One of my favorite characters in William Gibson’s Neuromancer was a so-called “psychological construct” named The Dixie Flatline. Dixie wasn’t a person, really, but an emulation of a famous computer hacker named McCoy Pauley (based on a brain scan that was made before he died). As he — or, it — said in a conversation with the novel’s protagonist Henry Case:
“Me, I’m not human … but I respond like one, see? … But I’m really just a bunch of ROM. It’s one of them, ah, philosophical questions, I guess….” The ugly laughter sensation rattled down Case’s spine. “But I ain’t likely to write you no poem, if you follow me.”
The Flatline was neither a human nor an artificial intelligence, but a machine that partially emulated how a human thought. It did a pretty good job, too, playing the central role of “smart guy” in the novel’s main cyberpunk-heist plotline. Yet it wasn’t a perfect human emulation: its laugh was “wrong,” and it was self-aware enough to note its own lack of creativity. Turning its ROM disk off and back on again totally reset Dixie’s memory, and later in the story the villain tried to take out Case first (still alive and human) precisely because the Flatline was a machine, and therefore much more predictable.
Cognitive Models and Their Uses
Regardless, it’s pretty cool to think about what we can accomplish with computational cognitive models derived using real data from real people. In Neuromancer, the data was McCoy Pauley’s brain scan, which was modeled and encoded into a computer program called The Dixie Flatline. The model wasn’t quite right, but was still useful. All that is science fiction of course, but we are making progress in the real world, too. There are both practical and theoretical uses for these kinds of models, such as:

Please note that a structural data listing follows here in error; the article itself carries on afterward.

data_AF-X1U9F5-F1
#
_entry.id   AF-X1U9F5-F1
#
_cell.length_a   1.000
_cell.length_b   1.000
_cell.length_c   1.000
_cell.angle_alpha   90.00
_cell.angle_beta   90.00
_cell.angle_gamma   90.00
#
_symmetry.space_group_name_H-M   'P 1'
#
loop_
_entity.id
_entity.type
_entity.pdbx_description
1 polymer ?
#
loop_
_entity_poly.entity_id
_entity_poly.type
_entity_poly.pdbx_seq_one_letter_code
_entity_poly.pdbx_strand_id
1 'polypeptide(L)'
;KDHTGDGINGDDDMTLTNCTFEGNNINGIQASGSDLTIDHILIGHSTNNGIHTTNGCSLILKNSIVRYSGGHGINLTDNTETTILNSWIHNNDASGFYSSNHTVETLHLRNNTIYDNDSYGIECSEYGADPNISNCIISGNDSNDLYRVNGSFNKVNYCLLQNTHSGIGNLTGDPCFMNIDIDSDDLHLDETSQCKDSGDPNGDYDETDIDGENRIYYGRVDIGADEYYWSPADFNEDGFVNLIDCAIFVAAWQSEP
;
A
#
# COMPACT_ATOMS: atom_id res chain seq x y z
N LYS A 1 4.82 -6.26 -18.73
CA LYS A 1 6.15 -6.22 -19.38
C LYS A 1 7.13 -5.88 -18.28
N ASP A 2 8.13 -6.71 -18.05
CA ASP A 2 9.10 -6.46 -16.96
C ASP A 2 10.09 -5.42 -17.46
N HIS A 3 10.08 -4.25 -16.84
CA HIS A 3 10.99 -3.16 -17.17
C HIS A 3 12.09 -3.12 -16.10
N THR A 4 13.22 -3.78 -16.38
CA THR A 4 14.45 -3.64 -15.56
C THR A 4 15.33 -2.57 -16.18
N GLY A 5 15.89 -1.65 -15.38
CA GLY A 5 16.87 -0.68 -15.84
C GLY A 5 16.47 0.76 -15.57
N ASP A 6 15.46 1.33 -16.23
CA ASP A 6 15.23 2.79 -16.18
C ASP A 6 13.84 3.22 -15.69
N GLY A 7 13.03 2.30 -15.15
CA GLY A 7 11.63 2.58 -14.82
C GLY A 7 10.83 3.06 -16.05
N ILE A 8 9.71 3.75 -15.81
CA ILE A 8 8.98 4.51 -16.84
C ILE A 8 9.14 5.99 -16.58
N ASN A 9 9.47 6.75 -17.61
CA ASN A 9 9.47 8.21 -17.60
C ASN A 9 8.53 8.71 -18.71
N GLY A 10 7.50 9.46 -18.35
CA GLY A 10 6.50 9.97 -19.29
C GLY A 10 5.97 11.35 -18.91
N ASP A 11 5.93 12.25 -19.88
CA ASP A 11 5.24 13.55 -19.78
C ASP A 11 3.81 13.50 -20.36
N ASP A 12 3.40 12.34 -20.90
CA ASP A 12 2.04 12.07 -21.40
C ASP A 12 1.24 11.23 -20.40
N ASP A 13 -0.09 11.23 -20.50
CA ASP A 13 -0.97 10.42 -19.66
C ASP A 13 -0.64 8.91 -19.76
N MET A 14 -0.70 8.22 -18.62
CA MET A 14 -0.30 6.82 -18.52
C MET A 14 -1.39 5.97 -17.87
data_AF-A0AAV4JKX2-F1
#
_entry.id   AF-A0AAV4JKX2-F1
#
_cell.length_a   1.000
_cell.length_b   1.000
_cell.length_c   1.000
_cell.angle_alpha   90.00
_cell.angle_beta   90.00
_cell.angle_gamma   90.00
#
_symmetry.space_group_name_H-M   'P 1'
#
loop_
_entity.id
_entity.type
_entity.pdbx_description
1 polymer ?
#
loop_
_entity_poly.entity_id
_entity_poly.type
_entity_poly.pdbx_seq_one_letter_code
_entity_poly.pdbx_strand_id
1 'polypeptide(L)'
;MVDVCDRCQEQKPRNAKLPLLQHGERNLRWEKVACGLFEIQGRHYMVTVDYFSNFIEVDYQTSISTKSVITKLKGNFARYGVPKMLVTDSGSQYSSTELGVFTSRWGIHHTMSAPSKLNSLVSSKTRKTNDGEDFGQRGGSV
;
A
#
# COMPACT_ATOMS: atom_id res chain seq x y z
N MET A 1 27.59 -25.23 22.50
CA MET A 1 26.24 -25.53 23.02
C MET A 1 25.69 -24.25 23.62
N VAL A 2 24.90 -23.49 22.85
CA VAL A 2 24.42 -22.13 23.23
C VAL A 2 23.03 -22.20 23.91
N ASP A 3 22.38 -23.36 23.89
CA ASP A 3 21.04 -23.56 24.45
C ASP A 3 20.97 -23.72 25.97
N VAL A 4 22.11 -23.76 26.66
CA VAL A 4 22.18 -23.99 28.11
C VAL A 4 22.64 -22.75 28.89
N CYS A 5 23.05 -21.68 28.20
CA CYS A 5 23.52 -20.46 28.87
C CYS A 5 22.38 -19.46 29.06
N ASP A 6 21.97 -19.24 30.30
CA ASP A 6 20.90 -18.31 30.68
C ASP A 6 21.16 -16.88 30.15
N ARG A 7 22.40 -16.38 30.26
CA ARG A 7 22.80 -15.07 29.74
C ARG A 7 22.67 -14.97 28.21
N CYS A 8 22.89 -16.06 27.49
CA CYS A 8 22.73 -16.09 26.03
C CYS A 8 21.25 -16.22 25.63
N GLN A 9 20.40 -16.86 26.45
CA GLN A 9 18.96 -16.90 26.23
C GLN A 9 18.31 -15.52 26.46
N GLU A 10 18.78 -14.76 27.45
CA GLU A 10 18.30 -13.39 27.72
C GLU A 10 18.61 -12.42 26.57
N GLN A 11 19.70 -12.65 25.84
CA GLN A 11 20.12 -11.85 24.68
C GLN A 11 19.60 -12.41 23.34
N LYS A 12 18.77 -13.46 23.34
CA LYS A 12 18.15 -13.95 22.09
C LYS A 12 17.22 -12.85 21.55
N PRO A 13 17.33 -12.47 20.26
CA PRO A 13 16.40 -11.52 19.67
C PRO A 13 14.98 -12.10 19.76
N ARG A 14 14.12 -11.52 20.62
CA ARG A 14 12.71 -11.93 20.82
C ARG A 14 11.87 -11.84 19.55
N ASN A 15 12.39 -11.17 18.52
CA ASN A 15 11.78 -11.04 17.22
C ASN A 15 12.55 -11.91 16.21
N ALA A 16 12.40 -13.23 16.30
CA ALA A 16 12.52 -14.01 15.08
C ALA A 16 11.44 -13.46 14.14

- “Encoding” a human thought process into a computer. It’s hard to “teach” computers directly. Most machine learning algorithms learn by example (i.e., observational data) but there aren’t great ways for people to inject their instincts about a problem into the machine. If we have a good cognitive model that captures properties of our thinking, though, we can perhaps encode that more directly into a learning algorithm.
- Understanding how people think. If a computational model predicts real human behavior pretty well, then there’s a chance that it captures something real about how we think. And if its parameters are easily interpretable, we can gain insight into how our brains work, too.
With these in mind, let me summarize a recent collaboration with fellow computer/cognitive scientists at my alma mater UW-Madison. Here, the data consist of word lists that people think up, which we model computationally for both the practical and theoretical uses mentioned above. In fact, the paper is being presented at the ICML 2013 conference this week in Atlanta. We made a short video overview of the research, too:
That’s mostly me talking in the video, but Kwang-Sung will present it at the conference. The paper itself is here:
K.S. Jun, X. Zhu, B. Settles, and T.T. Rogers. Learning from Human-Generated Lists. Proceedings of the International Conference on Machine Learning (ICML), pages 181-189. 2013.